When the bill was introduced in 2011 and again in 2013, it suited the opposition to damn it as Hindu vs Muslim and reap electoral benefits. But the reality is that minority groups in specific areas could belong to any religion.
Already we have seen targeted violence by and against Jats, Dalits, Sainis and Patels. Going forward as prosperity (and discontent) spreads, many other such caste groups will emerge as more and more people demand a share of scarce prosperity. One has to be naïve to imagine that there are no divisions in India other than the main religions.
The heart of the proposal was an all-powerful National Authority for Communal Harmony, Justice and Reparation at the centre with similar set-ups for states. The Authority was conceived as an arms-length mechanism available at the centre to monitor hatred mongering and violence against groups, fixing personal accountability among cops and officials, ensuring relief , rehabilitation and justice to the victims. The head was to be chosen through a process that would be similar to appointment of the heads of CBI, CVC and CAG.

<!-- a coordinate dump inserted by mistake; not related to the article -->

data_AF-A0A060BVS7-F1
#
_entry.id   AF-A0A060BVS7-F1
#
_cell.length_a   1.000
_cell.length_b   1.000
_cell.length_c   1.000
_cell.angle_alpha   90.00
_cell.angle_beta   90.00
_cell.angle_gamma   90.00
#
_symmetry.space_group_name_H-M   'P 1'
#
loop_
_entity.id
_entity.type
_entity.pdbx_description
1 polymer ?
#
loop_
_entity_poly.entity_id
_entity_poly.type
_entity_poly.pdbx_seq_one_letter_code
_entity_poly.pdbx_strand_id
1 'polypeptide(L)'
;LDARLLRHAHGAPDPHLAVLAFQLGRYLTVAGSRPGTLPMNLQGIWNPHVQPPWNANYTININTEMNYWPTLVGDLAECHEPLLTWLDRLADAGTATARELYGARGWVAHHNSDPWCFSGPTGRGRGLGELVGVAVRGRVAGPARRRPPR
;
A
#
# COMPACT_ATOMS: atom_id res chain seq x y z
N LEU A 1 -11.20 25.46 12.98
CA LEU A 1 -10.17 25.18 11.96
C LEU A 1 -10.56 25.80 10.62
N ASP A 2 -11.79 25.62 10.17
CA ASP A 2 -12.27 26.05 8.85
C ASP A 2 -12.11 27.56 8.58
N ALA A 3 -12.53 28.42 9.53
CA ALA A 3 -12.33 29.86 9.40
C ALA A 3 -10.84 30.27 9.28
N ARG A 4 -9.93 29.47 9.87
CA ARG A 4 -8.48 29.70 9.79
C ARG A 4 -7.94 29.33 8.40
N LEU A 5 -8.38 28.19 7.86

At a broader level the Authority took targeted violence out of the purview of day to day rioting which the country and our lawmakers now assume is acceptable collateral damage of a democracy. And gave it the focus it deserves. If almost 4000 were killed between 1984 and 2002, surely a total of 275 convictions is nonsense.
The problem was the sweeping powers proposed for the Authority. They were sure to send shivers down any spine of anyone nicely cocooned within an unfair , retrograde system weighed heavily in favor of the powerful.
Which politician would ever like to shake that superstructure? And so they all aganged up with a million allegations but only one real reason. That they felt their castles would be invaded.
Here’s what the Authority was supposed empowered to do.
The mandate of the Authority stretched from collecting and acting on intelligence received by its various offices or collected suo moto to keeping an eye on hate speeches and incitement to violence to requisitioning a central body like the CBI to investigate on suspicion. While it could not demand a particular action, it could certainly approach the court for appropriate directions.